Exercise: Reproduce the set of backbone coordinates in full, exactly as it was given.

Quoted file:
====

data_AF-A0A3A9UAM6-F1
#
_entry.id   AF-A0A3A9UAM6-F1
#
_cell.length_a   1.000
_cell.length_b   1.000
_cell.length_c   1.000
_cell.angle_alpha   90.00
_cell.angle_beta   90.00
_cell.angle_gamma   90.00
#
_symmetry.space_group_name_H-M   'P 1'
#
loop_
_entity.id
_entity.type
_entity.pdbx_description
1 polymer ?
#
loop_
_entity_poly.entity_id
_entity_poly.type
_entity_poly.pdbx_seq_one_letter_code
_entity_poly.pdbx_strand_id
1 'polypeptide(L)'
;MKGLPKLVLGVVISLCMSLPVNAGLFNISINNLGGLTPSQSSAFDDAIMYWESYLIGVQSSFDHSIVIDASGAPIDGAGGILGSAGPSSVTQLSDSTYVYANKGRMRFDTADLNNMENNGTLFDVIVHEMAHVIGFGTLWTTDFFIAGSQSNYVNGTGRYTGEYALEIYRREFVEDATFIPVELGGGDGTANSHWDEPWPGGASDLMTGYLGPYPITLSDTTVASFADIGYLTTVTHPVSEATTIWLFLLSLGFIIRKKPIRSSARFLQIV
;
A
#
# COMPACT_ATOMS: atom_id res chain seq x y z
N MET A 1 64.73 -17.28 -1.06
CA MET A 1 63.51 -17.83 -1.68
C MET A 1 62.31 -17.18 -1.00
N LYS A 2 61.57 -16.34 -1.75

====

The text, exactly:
data_AF-A0A3A9UAM6-F1
#
_entry.id   AF-A0A3A9UAM6-F1
#
_cell.length_a   1.000
_cell.length_b   1.000
_cell.length_c   1.000
_cell.angle_alpha   90.00
_cell.angle_beta   90.00
_cell.angle_gamma   90.00
#
_symmetry.space_group_name_H-M   'P 1'
#
loop_
_entity.id
_entity.type
_entity.pdbx_description
1 polymer ?
#
loop_
_entity_poly.entity_id
_entity_poly.type
_entity_poly.pdbx_seq_one_letter_code
_entity_poly.pdbx_strand_id
1 'polypeptide(L)'
;MKGLPKLVLGVVISLCMSLPVNAGLFNISINNLGGLTPSQSSAFDDAIMYWESYLIGVQSSFDHSIVIDASGAPIDGAGGILGSAGPSSVTQLSDSTYVYANKGRMRFDTADLNNMENNGTLFDVIVHEMAHVIGFGTLWTTDFFIAGSQSNYVNGTGRYTGEYALEIYRREFVEDATFIPVELGGGDGTANSHWDEPWPGGASDLMTGYLGPYPITLSDTTVASFADIGYLTTVTHPVSEATTIWLFLLSLGFIIRKKPIRSSARFLQIV
;
A
#
# COMPACT_ATOMS: atom_id res chain seq x y z
N MET A 1 64.73 -17.28 -1.06
CA MET A 1 63.51 -17.83 -1.68
C MET A 1 62.31 -17.18 -1.00
N LYS A 2 61.57 -16.34 -1.75